I don't know what the final Oculus Rift virtual reality headset will cost. The fact that it won't come with its amazing motion controller makes me want to wait. But even with just an Xbox One gamepad, there are already mindblowing experiences to be had. Here are all of them so far.
First, a note on the final Oculus Rift hardware: it's definitely got better ergonomics than the Crescent Bay prototype that blew me away last September, and it feels a little more solid, but it's really not all that different. There's still a little bit of the "screen door effect." If you look closely, you'll definitely be able to see the world around you is made up of pixels that live scant inches from your face. And if there's, say, a bright torch in a dark room, you'll still see it glinting off the lenses, which can detract from the experience a bit. While it's fairly light and comfortable, it still takes a little bit of work to adjust the velcro straps each time you put it on your head.
I definitely prefer the hardware design of Sony's Morpheus — except the Morpheus doesn't have nice integrated headphones like the Rift. Every time I tried on a Morpheus, Sony tried to stretch normal headphones around the frame, and they always felt like they were falling off my head.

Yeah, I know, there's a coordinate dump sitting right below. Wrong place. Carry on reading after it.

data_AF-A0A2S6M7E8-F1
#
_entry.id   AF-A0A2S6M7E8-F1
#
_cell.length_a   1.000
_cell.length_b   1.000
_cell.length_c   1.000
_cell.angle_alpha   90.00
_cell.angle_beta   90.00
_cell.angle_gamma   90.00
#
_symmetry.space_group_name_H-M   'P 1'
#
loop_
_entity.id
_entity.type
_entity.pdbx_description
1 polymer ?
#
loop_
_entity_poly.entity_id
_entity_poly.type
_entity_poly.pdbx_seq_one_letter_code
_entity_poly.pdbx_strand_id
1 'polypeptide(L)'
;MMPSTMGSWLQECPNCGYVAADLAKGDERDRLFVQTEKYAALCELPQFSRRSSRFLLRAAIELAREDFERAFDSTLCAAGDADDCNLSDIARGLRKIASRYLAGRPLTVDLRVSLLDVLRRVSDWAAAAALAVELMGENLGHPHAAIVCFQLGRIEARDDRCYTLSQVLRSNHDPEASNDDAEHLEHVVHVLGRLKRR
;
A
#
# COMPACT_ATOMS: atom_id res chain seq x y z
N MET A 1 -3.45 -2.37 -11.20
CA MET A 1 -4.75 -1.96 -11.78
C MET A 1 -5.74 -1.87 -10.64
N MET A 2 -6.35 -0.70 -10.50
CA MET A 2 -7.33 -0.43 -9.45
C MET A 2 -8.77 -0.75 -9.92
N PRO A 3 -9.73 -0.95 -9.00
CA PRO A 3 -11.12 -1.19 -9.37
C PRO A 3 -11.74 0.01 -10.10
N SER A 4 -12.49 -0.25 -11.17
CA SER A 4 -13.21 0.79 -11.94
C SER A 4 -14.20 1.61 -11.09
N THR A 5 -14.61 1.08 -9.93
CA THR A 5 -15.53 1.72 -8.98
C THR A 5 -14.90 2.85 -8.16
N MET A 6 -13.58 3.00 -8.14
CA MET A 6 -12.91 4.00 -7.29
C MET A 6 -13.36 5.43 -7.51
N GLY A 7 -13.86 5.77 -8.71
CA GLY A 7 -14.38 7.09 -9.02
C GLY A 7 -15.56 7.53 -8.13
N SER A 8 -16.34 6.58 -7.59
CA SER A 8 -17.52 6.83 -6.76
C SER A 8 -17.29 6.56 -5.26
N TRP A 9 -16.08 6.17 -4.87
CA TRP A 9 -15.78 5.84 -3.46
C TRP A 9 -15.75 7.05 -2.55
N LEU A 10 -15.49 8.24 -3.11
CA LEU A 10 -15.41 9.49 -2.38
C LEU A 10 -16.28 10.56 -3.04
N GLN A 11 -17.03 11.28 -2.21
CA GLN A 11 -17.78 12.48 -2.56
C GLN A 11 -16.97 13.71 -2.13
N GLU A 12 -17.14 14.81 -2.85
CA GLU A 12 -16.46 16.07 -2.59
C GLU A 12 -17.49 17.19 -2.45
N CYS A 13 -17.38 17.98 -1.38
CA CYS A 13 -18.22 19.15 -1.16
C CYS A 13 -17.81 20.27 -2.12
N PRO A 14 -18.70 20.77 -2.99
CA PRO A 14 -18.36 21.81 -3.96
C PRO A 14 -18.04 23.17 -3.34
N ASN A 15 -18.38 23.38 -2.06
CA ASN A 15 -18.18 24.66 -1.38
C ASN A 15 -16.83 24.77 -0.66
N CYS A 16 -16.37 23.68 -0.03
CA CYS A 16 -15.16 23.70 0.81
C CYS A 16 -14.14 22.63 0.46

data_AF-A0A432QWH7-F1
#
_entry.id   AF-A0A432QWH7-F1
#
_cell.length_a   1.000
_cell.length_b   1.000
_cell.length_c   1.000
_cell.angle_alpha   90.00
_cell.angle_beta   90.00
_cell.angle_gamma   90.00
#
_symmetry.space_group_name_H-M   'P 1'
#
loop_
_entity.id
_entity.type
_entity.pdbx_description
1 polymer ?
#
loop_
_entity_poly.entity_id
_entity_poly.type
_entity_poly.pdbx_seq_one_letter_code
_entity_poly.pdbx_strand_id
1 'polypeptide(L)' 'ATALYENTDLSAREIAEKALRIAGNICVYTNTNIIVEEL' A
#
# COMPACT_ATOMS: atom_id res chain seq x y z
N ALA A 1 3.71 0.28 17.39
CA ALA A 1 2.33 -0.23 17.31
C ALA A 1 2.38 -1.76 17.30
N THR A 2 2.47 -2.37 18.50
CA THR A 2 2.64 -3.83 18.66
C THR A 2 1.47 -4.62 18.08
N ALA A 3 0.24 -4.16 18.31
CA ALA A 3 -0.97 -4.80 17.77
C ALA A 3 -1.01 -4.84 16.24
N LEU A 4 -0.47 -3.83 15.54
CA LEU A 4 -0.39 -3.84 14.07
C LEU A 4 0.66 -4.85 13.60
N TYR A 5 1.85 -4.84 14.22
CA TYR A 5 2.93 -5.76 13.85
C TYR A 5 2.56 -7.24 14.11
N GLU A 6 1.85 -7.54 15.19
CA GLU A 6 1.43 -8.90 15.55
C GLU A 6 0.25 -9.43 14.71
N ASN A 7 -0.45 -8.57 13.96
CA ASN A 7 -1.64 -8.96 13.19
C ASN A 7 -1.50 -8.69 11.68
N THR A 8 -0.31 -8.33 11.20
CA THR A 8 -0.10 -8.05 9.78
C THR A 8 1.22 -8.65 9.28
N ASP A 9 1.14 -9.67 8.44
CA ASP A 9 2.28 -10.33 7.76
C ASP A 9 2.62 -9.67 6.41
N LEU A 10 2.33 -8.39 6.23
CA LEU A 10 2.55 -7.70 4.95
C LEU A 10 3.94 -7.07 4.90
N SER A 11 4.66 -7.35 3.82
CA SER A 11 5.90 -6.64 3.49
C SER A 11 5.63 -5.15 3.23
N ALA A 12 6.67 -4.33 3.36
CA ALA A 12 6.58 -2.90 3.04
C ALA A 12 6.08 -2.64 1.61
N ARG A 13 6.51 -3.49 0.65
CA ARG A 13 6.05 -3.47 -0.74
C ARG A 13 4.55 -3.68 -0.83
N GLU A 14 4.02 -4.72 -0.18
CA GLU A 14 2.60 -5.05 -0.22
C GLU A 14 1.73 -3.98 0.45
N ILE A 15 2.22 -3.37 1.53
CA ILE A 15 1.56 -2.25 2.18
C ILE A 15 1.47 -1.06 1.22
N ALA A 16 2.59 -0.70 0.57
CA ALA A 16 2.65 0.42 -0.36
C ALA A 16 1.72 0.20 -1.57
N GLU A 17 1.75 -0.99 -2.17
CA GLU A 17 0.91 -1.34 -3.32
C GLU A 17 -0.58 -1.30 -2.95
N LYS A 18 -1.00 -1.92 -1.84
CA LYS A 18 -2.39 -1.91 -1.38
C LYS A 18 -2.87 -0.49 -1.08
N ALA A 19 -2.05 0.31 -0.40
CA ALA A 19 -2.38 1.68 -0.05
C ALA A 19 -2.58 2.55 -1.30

But enough of that. Let's talk about games.
What's it about? Think Zelda meets Dark Souls, with art that recalls Shadow of the Colossus. You control a young man armed with shield and sword, exploring a huge labyrinth. At least at first — later on, we're told, you'll be a weak old man who uses magic to get around. Enemies are tough, and if you die, you go all the way back to the beginning... at least, in my demo.
What's the big deal? The sense of scale is incredible.
You start out on the edge of a cliff, at the entrance to a labyrinth carved into an immense mountainside. Like, look-up-and-see-the-mountain-scrape-the-sky tall. Look down into the abyss, and there's no question it's a fatal drop. It's a third-person adventure game, so it doesn't feel like you're "there" too much more than your typical video game. At most, you're playing the role of guardian spirit as you use fairly traditional third-person game controls to move your hero around and (beautifully, the animation is lovely) swing his sword and shield and nimbly prance around foes. But the Oculus makes the world feel properly gigantic. Humbling. Old.